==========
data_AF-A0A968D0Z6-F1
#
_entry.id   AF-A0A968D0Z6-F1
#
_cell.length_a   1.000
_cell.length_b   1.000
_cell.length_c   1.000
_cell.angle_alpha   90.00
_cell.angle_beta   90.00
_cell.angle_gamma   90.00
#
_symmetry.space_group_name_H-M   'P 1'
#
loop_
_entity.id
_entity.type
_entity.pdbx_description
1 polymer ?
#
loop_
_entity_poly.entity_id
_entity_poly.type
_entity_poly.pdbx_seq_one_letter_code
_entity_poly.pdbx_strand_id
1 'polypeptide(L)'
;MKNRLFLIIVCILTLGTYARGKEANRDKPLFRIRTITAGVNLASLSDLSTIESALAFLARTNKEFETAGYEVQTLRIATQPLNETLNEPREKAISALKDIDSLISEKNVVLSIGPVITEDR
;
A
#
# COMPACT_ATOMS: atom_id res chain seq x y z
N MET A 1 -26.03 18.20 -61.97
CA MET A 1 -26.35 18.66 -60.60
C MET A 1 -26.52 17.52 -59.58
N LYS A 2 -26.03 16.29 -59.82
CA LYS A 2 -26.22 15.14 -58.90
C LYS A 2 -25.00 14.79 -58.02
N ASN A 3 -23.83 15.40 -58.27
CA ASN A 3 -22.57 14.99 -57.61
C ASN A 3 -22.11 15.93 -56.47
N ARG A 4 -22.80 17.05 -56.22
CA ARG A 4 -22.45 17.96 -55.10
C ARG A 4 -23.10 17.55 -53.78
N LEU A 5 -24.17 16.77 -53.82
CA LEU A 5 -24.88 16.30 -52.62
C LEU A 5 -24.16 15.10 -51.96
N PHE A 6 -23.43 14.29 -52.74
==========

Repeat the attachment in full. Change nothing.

data_AF-A0A968D0Z6-F1
#
_entry.id   AF-A0A968D0Z6-F1
#
_cell.length_a   1.000
_cell.length_b   1.000
_cell.length_c   1.000
_cell.angle_alpha   90.00
_cell.angle_beta   90.00
_cell.angle_gamma   90.00
#
_symmetry.space_group_name_H-M   'P 1'
#
loop_
_entity.id
_entity.type
_entity.pdbx_description
1 polymer ?
#
loop_
_entity_poly.entity_id
_entity_poly.type
_entity_poly.pdbx_seq_one_letter_code
_entity_poly.pdbx_strand_id
1 'polypeptide(L)'
;MKNRLFLIIVCILTLGTYARGKEANRDKPLFRIRTITAGVNLASLSDLSTIESALAFLARTNKEFETAGYEVQTLRIATQPLNETLNEPREKAISALKDIDSLISEKNVVLSIGPVITEDR
;
A
#
# COMPACT_ATOMS: atom_id res chain seq x y z
N MET A 1 -26.03 18.20 -61.97
CA MET A 1 -26.35 18.66 -60.60
C MET A 1 -26.52 17.52 -59.58
N LYS A 2 -26.03 16.29 -59.82
CA LYS A 2 -26.22 15.14 -58.90
C LYS A 2 -25.00 14.79 -58.02
N ASN A 3 -23.83 15.40 -58.27
CA ASN A 3 -22.57 14.99 -57.61
C ASN A 3 -22.11 15.93 -56.47
N ARG A 4 -22.80 17.05 -56.22
CA ARG A 4 -22.45 17.96 -55.10
C ARG A 4 -23.10 17.55 -53.78
N LEU A 5 -24.17 16.77 -53.82
CA LEU A 5 -24.88 16.30 -52.62
C LEU A 5 -24.16 15.10 -51.96
N PHE A 6 -23.43 14.29 -52.74